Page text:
Electric Nation is seeking to recruit over 500 electric vehicle (EV) owners (including pure electric and plug-in hybrids) to take part in the largest trial of its kind. Participants will charge their cars at home using a smart charger which can manage when and how their vehicle battery charges. The findings of the trial will help electricity network operators to manage the effect of the additional load caused by charging EVs on the local electricity network. This is essential for the security of electricity networks in the future and the decarbonisation of the transport sector which is responsible for approximately 21% of the UK’s greenhouse gas emissions.
We are looking for up to 700 people buying or leasing new electric vehicles to take part in a trial to ensure the UK can charge electric vehicles at peak times as the numbers of EVs rise.
Trial participants will get a free smart charger installed, benefits include:
The smart charger is yours to keep after the end of the Electric Nation trial.
For the first six months of the project (at least) the trial will only take place in certain geographical locations: the WPD network areas in the Midlands, South West and South Wales.
After six months the trial may broaden out to the rest of Britain if there are still places free.
A certain mix of vehicle technologies is required, including EVs and Plug-In Hybrids (PHEVs).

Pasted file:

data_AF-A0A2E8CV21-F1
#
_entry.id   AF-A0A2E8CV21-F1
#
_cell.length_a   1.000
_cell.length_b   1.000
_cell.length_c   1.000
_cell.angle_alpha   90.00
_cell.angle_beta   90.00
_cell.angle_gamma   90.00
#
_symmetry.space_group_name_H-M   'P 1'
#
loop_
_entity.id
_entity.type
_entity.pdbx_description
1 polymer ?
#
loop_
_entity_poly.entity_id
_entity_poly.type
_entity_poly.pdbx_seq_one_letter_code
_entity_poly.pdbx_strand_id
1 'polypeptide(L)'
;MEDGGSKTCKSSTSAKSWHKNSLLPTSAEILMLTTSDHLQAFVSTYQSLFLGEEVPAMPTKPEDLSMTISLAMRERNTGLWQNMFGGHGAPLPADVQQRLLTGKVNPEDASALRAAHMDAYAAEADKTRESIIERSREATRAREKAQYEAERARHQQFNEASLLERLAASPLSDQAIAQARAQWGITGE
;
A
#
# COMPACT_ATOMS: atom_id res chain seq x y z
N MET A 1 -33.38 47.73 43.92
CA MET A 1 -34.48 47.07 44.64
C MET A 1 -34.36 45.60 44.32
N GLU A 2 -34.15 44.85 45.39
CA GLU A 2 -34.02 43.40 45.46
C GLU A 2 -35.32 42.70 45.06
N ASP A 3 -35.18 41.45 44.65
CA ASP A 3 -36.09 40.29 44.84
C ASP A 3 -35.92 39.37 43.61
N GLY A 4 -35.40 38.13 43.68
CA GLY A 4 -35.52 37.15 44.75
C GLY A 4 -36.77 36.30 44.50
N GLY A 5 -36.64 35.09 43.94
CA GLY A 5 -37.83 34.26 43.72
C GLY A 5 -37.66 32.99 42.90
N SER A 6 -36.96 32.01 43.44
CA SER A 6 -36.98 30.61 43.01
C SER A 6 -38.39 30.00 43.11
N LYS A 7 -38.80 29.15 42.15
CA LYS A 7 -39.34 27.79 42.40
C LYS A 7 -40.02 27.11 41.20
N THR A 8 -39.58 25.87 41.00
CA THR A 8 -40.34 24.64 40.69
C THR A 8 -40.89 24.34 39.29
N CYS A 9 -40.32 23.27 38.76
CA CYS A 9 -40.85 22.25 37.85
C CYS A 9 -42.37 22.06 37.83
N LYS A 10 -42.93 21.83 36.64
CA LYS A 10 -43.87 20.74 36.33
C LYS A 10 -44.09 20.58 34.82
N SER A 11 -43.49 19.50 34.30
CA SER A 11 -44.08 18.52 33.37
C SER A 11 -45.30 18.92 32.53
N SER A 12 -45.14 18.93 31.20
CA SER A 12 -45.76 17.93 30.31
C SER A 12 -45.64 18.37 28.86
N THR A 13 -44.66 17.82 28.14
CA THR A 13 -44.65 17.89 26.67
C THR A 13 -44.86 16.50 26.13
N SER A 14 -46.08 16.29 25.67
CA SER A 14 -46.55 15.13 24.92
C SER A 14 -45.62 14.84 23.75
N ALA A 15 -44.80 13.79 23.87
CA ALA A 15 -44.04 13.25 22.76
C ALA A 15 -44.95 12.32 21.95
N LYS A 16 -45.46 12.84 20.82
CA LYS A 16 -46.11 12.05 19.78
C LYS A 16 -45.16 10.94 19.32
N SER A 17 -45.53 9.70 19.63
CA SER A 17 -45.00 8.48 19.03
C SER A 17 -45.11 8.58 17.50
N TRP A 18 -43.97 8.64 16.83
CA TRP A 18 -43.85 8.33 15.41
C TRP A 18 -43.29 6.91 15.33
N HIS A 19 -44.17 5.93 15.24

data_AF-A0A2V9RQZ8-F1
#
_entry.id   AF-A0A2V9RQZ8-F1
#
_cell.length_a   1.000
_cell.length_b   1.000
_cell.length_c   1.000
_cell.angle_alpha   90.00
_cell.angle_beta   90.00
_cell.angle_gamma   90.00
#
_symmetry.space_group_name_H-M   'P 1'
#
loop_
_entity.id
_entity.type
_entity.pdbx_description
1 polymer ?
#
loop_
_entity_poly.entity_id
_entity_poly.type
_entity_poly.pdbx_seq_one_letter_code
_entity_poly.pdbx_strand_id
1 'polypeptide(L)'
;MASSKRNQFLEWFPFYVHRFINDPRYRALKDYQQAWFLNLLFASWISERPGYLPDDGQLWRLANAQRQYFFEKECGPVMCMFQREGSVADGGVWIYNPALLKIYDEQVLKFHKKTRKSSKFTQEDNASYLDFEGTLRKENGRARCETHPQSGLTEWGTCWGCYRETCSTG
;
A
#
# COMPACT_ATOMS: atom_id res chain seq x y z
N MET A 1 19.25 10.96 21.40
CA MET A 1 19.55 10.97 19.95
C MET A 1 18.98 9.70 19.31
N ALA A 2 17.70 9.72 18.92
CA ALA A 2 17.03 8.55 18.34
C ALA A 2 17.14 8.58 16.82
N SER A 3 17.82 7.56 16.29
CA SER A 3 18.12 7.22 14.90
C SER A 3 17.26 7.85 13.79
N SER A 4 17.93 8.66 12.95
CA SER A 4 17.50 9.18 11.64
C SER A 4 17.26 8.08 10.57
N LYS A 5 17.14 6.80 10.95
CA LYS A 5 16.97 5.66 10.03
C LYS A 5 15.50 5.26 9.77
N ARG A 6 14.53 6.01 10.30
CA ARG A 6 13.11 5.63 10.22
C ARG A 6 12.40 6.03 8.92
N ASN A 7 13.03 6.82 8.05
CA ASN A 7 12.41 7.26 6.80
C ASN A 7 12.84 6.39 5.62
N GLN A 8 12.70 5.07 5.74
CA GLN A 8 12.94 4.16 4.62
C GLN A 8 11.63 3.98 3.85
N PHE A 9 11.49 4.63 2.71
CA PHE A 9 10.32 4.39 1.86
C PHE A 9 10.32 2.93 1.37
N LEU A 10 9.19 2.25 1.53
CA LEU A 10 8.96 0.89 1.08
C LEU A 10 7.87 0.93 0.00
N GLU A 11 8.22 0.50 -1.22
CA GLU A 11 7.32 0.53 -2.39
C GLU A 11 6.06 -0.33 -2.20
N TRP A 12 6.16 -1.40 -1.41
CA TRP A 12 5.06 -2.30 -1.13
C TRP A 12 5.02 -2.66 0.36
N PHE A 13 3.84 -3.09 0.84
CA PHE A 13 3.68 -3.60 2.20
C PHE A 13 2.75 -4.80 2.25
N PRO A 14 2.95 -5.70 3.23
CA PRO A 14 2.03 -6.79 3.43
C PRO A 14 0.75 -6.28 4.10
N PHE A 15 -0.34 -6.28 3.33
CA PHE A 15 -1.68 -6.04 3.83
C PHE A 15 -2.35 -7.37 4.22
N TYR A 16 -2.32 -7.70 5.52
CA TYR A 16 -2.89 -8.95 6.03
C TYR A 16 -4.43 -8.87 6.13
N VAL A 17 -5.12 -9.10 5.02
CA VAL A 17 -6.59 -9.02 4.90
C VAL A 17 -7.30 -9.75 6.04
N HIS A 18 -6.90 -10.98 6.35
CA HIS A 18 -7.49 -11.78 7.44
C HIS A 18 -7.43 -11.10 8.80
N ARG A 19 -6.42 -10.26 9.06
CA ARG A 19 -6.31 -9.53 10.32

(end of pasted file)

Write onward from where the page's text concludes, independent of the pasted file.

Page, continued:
* If home charge scheme grant is NOT available customers can still participate, however additional costs will be incurred.
Participants will use their EVs normally, and be provided with a smart charger to allow them to charge their vehicle at home. We’ll use the charger and a secure communications unit (connected to the internet via home broadband) to collect data about their car charging habits (when they charge, what rate, how much energy was used and when the car is plugged in). For some participants we will also gather information about the length of journeys that they are undertaking and their battery charge state. This will be gathered from the electric vehicle.
Some customers will receive an app that will receive notifications when their charging has been controlled as part of the trial. The app can also be used by the participant to provide preference information that will help ensure that their car is charged when they need it.
Part of the trial will involve the simulation of network events that may require the car charge to be paused or the charging rate altered. This will take into account the customer’s needs, and when they require their electric vehicle if this information is available. This may result in a customer’s electric vehicle not receiving a 100% charge, however the smart charging system will endeavour to provide a charge level suitable for use.
We’d like to understand how participants react to the smart charging system, so participants will also be asked to complete a number of customer research questionnaires during the trial.